So far, the 88 Plan has disbursed $861,502.64 to former players, an average of less than $17,000 per case.
The details of the 88 Plan came as a nasty surprise to at least one recipient.
"The way Roger Goodell and Gene Upshaw worded the plan, it sounded as if I could receive up to $88,000 a year to pay for whatever care my husband needed," Sharon Hawkins told ESPN.com. Sharon's husband, Wayne, a five-time AFL All-Star who played for the Raiders in the 1960s, has dementia and is unable to perform simple daily tasks.
After applying for benefits, the Hawkinses learned that the 88 Plan offers a maximum of $54,000 for retired players living at home, even though home care is typically more expensive. It's also a reimbursement program: Families shell out, then wait to get paid back. If they cannot afford the bills in the first place, they are out of luck. To date, the 88 Plan has approved 73 player applications, but only 51 have incurred reimbursable expenses, ESPN.com has learned.
Further, family members, such as wives who act as primary caregivers, cannot collect 88 Plan funds to care for retirees. So Sharon Hawkins either has to pay someone else to care for Wayne, or she can divorce her husband of 46 years to qualify as his caregiver.
"That's not going to happen," she said.
Wayne Hawkins' prescriptions are reimbursed by the 88 Plan, but only when the plan gets around to it. "I haven't heard from them since July," Sharon says. "And it actually comes to $40 a month. BFD.
"Pardon my language," she adds.
"Some may not understand the requirements at first, but our office provides a thorough explanation of what is needed to qualify [for the 88 Plan], such as a diagnosis of dementia from a specialist and receipts from a service provider," NFL spokesman Greg Aiello told ESPN.com.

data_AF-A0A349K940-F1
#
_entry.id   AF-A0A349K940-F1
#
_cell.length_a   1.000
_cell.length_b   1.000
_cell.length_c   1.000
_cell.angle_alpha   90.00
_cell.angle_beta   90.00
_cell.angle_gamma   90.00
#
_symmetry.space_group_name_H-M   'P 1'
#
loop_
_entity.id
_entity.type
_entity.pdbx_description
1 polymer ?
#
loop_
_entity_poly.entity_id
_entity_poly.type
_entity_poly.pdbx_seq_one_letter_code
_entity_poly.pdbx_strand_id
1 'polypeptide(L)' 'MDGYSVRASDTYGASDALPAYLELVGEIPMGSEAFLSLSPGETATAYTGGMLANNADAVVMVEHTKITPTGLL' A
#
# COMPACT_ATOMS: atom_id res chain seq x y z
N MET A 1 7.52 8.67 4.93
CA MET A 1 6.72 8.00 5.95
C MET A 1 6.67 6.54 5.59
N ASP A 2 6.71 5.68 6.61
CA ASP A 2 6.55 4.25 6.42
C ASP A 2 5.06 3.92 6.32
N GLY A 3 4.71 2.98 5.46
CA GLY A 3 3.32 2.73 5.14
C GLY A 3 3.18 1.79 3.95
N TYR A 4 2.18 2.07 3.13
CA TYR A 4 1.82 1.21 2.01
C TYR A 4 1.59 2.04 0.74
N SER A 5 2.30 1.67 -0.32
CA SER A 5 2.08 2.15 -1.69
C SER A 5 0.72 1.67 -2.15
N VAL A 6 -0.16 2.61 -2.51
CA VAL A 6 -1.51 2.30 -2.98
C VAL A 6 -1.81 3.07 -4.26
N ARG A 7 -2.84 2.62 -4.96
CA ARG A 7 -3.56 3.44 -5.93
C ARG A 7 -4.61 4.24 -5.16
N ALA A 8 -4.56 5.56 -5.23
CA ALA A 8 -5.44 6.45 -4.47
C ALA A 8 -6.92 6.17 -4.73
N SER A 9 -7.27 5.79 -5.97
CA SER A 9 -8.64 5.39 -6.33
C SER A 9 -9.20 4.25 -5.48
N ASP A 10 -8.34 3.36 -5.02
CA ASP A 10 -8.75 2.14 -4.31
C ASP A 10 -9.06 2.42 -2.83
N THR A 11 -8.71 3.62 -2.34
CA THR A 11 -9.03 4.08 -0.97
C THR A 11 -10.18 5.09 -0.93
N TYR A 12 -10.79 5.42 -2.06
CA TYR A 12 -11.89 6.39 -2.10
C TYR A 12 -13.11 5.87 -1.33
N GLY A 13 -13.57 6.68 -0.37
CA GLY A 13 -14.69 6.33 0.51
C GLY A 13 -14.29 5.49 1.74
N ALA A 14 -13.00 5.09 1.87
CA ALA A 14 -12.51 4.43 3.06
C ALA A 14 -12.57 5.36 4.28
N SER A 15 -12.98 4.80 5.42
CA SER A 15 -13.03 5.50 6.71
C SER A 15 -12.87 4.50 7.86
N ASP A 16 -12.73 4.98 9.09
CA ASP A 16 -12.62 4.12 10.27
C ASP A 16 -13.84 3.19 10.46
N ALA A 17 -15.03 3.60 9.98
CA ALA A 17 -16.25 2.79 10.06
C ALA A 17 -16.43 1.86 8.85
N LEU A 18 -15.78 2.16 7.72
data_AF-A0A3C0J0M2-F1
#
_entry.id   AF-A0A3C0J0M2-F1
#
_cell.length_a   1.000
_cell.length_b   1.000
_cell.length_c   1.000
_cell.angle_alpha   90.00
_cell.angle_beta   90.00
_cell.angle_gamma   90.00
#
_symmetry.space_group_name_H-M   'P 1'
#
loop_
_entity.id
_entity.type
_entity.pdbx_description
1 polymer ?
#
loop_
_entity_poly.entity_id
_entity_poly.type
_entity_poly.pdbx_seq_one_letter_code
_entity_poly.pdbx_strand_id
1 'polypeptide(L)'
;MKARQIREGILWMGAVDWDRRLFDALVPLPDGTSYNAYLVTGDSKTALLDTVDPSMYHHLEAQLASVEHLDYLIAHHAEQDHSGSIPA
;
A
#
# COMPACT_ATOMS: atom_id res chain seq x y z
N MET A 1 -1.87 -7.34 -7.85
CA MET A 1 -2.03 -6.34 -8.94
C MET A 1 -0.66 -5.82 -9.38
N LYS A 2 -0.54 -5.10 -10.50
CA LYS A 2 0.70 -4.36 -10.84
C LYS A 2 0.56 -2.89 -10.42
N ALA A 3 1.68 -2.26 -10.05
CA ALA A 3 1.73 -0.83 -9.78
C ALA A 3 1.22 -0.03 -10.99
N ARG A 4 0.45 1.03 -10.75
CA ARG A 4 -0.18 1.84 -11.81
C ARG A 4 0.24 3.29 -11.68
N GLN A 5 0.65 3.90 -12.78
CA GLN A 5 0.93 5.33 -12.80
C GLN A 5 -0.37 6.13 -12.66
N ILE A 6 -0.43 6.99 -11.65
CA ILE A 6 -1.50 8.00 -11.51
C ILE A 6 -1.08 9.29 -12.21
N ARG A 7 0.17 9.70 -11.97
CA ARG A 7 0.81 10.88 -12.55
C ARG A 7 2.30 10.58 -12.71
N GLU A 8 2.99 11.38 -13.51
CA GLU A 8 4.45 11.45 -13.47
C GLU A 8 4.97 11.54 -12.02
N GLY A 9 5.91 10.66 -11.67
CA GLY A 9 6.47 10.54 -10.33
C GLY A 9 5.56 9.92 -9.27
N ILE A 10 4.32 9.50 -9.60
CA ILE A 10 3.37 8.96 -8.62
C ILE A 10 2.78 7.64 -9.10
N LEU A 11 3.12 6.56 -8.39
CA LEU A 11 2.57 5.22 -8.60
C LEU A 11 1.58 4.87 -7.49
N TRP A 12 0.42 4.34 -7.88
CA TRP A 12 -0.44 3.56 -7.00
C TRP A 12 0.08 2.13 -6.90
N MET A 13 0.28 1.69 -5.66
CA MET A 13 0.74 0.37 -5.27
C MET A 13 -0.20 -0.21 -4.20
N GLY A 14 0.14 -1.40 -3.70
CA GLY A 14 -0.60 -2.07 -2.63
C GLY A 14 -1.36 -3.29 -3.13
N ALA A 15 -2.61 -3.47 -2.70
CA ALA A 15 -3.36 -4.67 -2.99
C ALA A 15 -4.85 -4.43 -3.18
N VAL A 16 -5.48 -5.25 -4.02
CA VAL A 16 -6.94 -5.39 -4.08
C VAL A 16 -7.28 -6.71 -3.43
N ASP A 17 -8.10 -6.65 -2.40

Aiello added, "Private insurance and government programs that deal with these kinds of needs are generally structured as reimbursement programs. This is not an income supplement, but a program to provide a specific type of care."
The NFL, NFLPA, NFL Alumni Association and Hall of Fame have also created the NFL Alliance, which announced in July that it would spend $7 million to help injured former players. And last month, the league pledged $10 million to the Alliance for joint replacement surgery, cardiovascular screenings and assisted living for retired players. But the Alliance hasn't distributed any of that money. It has not yet established eligibility guidelines for former players or selected doctors or hospitals to provide the care it intends to offer.
-- Peter Keating
Asked this week about disabling injuries, the union suggested it is the league's job to track the reasons players retire."Perhaps you should ask the NFL this question -- or each team individually," an NFLPA spokesperson told ESPN.com. Meanwhile, the NFL said it is difficult to determine why players leave the game. "Other reasons players retire would be declining skill, the team has decided to go younger, the team says it will no longer pay the player at that level for cap reasons and the player decides it's time to hang it up," Aiello told ESPN.com. "In all those cases, an older player like that may also have some injuries from his long career. Did he retire 'due to injury'?"